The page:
Militant Journalism

Cleveland jail inmates face continued abuse, activists protest

On New Year’s Eve, activists from a broad coalition met outside the Justice Center Complex in downtown Cleveland, the seat of the current county jail, for a noise demonstration. The protest organized by Forest City Anarchists was attended by members of the Cuyahoga County Jail Coalition, the Party for Socialism and Liberation Northeast Ohio, and other organizations in a show of support for inmates inside the jail. Attendees played instruments and banged on pots, pans and extra buckets provided by the organizers. The noise and music is a yearly tradition to remind inmates that even though they are locked up, they are not forgotten. The gesture of solidarity was returned in kind by waves of support from inside the jail.

This year’s event comes on the heels of a string of ongoing controversies surrounding the conditions inside the jail and a proposed $550 million plan to replace it with a completely new building. After the death of six inmates was reported, a U.S. Marshals report released in 2018 reviewed the conditions inside the jail, calling it, “one of the worst in the country.” Citing overcrowding, abusive treatment of prisoners, inadequate nutrition and a complete lack of improvements from the previous audit in 2015, the report was a sobering look into the treatment of the inmates residing in the jail. 

One of the most controversial findings was the policy of so-called “Red Zones,” where officials managed overcrowding by forcing inmates to remain in their cells for 27 hours or longer. Inmates were not able to shower or were forced to shower in front of staff, and denied basic supplies like toothbrushes, toothpaste and toilet paper.

Continued problems during the pandemic

Throughout the previous year, little has been done to resolve these issues, and what little progress had been made has been unraveled by the ongoing pandemic. The current jail has a maximum capacity of 1,765 inmates. At the time the U.S. Marshals report was released, the jail population was at approximately 2,420. While the county has been able to lower the number of inmates, they have struggled to keep the number below 1,600, with 1,630 reported inmates in August 2021. 

Additionally, citing issues of isolating inmates due to COVID-19, officials have continued to implement Red Zoning, with the number of hours inmates being held in their cells ballooning from 61 hours in January 2021 to 211 in October. The first reported death of an inmate and jail officer due to COVID in December resulted in the governor sending 25 Ohio military reserve members to the jail to “assist” with managing the situation.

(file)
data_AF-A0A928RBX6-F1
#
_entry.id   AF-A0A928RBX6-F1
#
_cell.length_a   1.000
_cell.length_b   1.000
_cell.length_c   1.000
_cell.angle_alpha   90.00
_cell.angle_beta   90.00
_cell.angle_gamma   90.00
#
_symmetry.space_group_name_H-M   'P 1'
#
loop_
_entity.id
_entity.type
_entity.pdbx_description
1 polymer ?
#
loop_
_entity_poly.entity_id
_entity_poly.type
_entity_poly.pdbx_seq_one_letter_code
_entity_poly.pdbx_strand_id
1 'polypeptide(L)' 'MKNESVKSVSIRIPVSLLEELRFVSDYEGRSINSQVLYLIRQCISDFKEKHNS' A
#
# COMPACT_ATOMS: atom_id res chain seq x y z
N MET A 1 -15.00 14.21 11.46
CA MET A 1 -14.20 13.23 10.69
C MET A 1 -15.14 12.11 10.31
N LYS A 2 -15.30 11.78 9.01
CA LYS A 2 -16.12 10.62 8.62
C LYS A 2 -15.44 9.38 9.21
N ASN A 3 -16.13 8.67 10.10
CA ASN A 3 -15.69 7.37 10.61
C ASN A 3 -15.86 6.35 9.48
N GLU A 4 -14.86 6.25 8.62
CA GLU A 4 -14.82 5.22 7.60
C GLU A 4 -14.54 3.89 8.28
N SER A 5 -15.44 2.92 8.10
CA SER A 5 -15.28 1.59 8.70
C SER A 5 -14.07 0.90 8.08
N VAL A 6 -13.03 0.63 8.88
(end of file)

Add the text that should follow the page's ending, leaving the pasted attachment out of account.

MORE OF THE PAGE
County plans to build a new jail

Despite existing solutions to reduce the jail population, a 12-member executive committee led by County Executive Armond Budish has been devoting time and energy on a $550 million project to build a new county jail, which would include a 0.25% sales tax increase to fund the project. This proposal is being pushed through despite the gross mismanagement of a diversion center established just this past year, which if better used, could significantly reduce the jail population at a fraction of the cost.

Officially opened May 2021, the stated objective of the diversion center is to offer mental health and addiction services for non-violent offenders and those seeking treatment rather than facing jail time. However, these efforts have been hampered by red tape and underutilization. It is reported that only half of the police departments in the county have referred any individuals to the center since its inception. Until October 2021, police could only bring in an individual suspected of committing a crime and not any individual seeking help, and only starting in November were self referrals accepted. As of now, Cleveland Police officers cannot refer anyone without prior approval from the law department.

While the current site of the diversion center holds 50 beds, the initial plan was to relocate to another location with at least 150. Officials running the diversion center have reported that they have filled no more than 10 beds at a time, and county officials have stated this as proof a new location is not needed, rather than looking at the roadblocks the center has faced in its mission up to this point.

As stated by Lu Zucker, co-lead organizer of the Cuyahoga County Jail Coalition, an activist group formed in response to the 2018 U.S. Marshals report: “The county government wants to build another jail for at least $550 million, claiming that will solve the problems of the current jail. That is false. A new jail will not be safe for anyone inside it, nor will it keep the people outside the jail safe. Looking at a government’s budget is the easiest way to determine its priorities. This new jail plan tells us the county is prioritizing locking up more people, at the expense of what would bring stability and prosperity to our communities: things like good-paying jobs with benefits so residents can provide for themselves and their families, affordable housing, affordable quality healthcare including mental healthcare, affordable childcare, free community violence intervention teams and mediation services, and resources to support healing and safety for people who’ve been harmed, for example.”

As activists come together in solidarity with inmates facing impossible hardships inside the county jail, the struggle against inmate abuse and mismanagement of resources by the county must continue into the coming year.

Feature photo: Activists bang on buckets at a New Year’s Eve noise demonstration outside the county jail in Cleveland. Liberation photo

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